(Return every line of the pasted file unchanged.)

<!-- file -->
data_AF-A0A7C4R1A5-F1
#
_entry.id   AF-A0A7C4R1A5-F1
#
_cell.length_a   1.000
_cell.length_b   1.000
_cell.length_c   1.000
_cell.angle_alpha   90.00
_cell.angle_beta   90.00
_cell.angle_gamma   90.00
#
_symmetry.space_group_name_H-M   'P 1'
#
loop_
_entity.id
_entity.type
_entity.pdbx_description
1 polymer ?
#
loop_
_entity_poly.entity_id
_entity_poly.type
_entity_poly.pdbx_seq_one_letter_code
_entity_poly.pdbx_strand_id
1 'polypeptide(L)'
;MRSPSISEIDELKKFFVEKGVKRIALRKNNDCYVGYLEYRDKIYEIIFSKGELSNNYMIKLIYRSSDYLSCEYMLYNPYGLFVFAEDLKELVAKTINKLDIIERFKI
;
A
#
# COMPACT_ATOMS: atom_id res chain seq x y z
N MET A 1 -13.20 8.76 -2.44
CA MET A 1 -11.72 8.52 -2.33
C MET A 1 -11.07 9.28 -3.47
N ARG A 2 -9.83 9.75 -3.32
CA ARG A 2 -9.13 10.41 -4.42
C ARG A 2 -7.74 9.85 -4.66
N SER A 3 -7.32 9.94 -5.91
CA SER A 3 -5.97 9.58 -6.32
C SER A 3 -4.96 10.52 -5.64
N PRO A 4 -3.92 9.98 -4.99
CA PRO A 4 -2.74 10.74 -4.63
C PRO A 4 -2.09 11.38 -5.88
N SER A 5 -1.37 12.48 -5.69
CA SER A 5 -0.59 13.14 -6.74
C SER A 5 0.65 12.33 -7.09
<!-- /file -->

data_AF-A0A7C4R1A5-F1
#
_entry.id   AF-A0A7C4R1A5-F1
#
_cell.length_a   1.000
_cell.length_b   1.000
_cell.length_c   1.000
_cell.angle_alpha   90.00
_cell.angle_beta   90.00
_cell.angle_gamma   90.00
#
_symmetry.space_group_name_H-M   'P 1'
#
loop_
_entity.id
_entity.type
_entity.pdbx_description
1 polymer ?
#
loop_
_entity_poly.entity_id
_entity_poly.type
_entity_poly.pdbx_seq_one_letter_code
_entity_poly.pdbx_strand_id
1 'polypeptide(L)'
;MRSPSISEIDELKKFFVEKGVKRIALRKNNDCYVGYLEYRDKIYEIIFSKGELSNNYMIKLIYRSSDYLSCEYMLYNPYGLFVFAEDLKELVAKTINKLDIIERFKI
;
A
#
# COMPACT_ATOMS: atom_id res chain seq x y z
N MET A 1 -13.20 8.76 -2.44
CA MET A 1 -11.72 8.52 -2.33
C MET A 1 -11.07 9.28 -3.47
N ARG A 2 -9.83 9.75 -3.32
CA ARG A 2 -9.13 10.41 -4.42
C ARG A 2 -7.74 9.85 -4.66
N SER A 3 -7.32 9.94 -5.91
CA SER A 3 -5.97 9.58 -6.32
C SER A 3 -4.96 10.52 -5.64
N PRO A 4 -3.92 9.98 -4.99
CA PRO A 4 -2.74 10.74 -4.63
C PRO A 4 -2.09 11.38 -5.88
N SER A 5 -1.37 12.48 -5.69
CA SER A 5 -0.59 13.14 -6.74
C SER A 5 0.65 12.33 -7.09